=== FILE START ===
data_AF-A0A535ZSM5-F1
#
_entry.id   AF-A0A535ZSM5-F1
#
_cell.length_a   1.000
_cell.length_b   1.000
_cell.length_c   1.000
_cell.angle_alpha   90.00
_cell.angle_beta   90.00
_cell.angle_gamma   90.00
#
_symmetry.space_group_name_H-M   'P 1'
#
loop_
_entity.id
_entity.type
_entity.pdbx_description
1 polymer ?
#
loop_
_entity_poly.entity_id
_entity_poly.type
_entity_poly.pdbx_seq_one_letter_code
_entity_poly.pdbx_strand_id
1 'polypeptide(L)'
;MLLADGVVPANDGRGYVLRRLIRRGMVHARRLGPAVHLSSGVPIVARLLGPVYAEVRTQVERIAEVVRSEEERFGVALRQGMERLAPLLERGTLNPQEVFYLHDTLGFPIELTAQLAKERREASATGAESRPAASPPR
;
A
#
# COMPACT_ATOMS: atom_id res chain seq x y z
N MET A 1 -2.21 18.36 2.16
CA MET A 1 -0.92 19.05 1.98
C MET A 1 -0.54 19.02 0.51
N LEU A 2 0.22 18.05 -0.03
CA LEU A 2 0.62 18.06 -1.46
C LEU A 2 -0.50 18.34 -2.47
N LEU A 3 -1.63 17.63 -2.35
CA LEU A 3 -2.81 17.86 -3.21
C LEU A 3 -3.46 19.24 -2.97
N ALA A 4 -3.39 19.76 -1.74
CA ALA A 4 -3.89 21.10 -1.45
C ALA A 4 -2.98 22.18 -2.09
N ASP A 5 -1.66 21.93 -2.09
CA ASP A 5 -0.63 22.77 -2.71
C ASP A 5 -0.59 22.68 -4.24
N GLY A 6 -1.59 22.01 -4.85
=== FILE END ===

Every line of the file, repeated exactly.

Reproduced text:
data_AF-A0A535ZSM5-F1
#
_entry.id   AF-A0A535ZSM5-F1
#
_cell.length_a   1.000
_cell.length_b   1.000
_cell.length_c   1.000
_cell.angle_alpha   90.00
_cell.angle_beta   90.00
_cell.angle_gamma   90.00
#
_symmetry.space_group_name_H-M   'P 1'
#
loop_
_entity.id
_entity.type
_entity.pdbx_description
1 polymer ?
#
loop_
_entity_poly.entity_id
_entity_poly.type
_entity_poly.pdbx_seq_one_letter_code
_entity_poly.pdbx_strand_id
1 'polypeptide(L)'
;MLLADGVVPANDGRGYVLRRLIRRGMVHARRLGPAVHLSSGVPIVARLLGPVYAEVRTQVERIAEVVRSEEERFGVALRQGMERLAPLLERGTLNPQEVFYLHDTLGFPIELTAQLAKERREASATGAESRPAASPPR
;
A
#
# COMPACT_ATOMS: atom_id res chain seq x y z
N MET A 1 -2.21 18.36 2.16
CA MET A 1 -0.92 19.05 1.98
C MET A 1 -0.54 19.02 0.51
N LEU A 2 0.22 18.05 -0.03
CA LEU A 2 0.62 18.06 -1.46
C LEU A 2 -0.50 18.34 -2.47
N LEU A 3 -1.63 17.63 -2.35
CA LEU A 3 -2.81 17.86 -3.21
C LEU A 3 -3.46 19.24 -2.97
N ALA A 4 -3.39 19.76 -1.74
CA ALA A 4 -3.89 21.10 -1.45
C ALA A 4 -2.98 22.18 -2.09
N ASP A 5 -1.66 21.93 -2.09
CA ASP A 5 -0.63 22.77 -2.71
C ASP A 5 -0.59 22.68 -4.24
N GLY A 6 -1.59 22.01 -4.85